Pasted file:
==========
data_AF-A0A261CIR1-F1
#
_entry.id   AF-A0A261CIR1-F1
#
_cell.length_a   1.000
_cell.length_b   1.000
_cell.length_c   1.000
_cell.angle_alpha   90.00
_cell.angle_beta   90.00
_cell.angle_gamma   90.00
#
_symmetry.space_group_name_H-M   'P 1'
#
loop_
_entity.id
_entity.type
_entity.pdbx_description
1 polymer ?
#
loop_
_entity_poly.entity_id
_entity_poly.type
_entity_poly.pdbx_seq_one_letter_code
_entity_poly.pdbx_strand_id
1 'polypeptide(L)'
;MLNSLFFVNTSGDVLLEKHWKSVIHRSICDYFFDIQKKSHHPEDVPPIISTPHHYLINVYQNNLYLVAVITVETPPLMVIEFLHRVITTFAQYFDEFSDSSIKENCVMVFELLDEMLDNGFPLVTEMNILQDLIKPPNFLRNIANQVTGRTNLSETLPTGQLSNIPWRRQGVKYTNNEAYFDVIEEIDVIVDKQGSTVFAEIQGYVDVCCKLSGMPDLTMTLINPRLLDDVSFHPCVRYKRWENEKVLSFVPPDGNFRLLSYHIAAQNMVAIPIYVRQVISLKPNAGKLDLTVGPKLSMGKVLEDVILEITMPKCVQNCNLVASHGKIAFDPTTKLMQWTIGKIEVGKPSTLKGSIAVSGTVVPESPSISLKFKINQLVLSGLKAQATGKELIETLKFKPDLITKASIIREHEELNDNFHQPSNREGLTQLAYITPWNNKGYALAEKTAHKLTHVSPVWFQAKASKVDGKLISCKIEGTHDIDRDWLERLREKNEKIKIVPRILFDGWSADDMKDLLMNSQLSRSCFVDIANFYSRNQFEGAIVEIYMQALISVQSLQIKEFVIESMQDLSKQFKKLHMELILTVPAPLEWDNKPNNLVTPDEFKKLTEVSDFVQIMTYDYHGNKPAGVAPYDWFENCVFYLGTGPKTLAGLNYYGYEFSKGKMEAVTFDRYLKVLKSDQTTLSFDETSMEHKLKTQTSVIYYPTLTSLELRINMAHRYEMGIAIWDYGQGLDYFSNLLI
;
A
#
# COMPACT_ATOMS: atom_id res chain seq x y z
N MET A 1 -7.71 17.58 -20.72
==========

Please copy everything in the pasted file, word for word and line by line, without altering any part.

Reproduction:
data_AF-A0A261CIR1-F1
#
_entry.id   AF-A0A261CIR1-F1
#
_cell.length_a   1.000
_cell.length_b   1.000
_cell.length_c   1.000
_cell.angle_alpha   90.00
_cell.angle_beta   90.00
_cell.angle_gamma   90.00
#
_symmetry.space_group_name_H-M   'P 1'
#
loop_
_entity.id
_entity.type
_entity.pdbx_description
1 polymer ?
#
loop_
_entity_poly.entity_id
_entity_poly.type
_entity_poly.pdbx_seq_one_letter_code
_entity_poly.pdbx_strand_id
1 'polypeptide(L)'
;MLNSLFFVNTSGDVLLEKHWKSVIHRSICDYFFDIQKKSHHPEDVPPIISTPHHYLINVYQNNLYLVAVITVETPPLMVIEFLHRVITTFAQYFDEFSDSSIKENCVMVFELLDEMLDNGFPLVTEMNILQDLIKPPNFLRNIANQVTGRTNLSETLPTGQLSNIPWRRQGVKYTNNEAYFDVIEEIDVIVDKQGSTVFAEIQGYVDVCCKLSGMPDLTMTLINPRLLDDVSFHPCVRYKRWENEKVLSFVPPDGNFRLLSYHIAAQNMVAIPIYVRQVISLKPNAGKLDLTVGPKLSMGKVLEDVILEITMPKCVQNCNLVASHGKIAFDPTTKLMQWTIGKIEVGKPSTLKGSIAVSGTVVPESPSISLKFKINQLVLSGLKAQATGKELIETLKFKPDLITKASIIREHEELNDNFHQPSNREGLTQLAYITPWNNKGYALAEKTAHKLTHVSPVWFQAKASKVDGKLISCKIEGTHDIDRDWLERLREKNEKIKIVPRILFDGWSADDMKDLLMNSQLSRSCFVDIANFYSRNQFEGAIVEIYMQALISVQSLQIKEFVIESMQDLSKQFKKLHMELILTVPAPLEWDNKPNNLVTPDEFKKLTEVSDFVQIMTYDYHGNKPAGVAPYDWFENCVFYLGTGPKTLAGLNYYGYEFSKGKMEAVTFDRYLKVLKSDQTTLSFDETSMEHKLKTQTSVIYYPTLTSLELRINMAHRYEMGIAIWDYGQGLDYFSNLLI
;
A
#
# COMPACT_ATOMS: atom_id res chain seq x y z
N MET A 1 -7.71 17.58 -20.72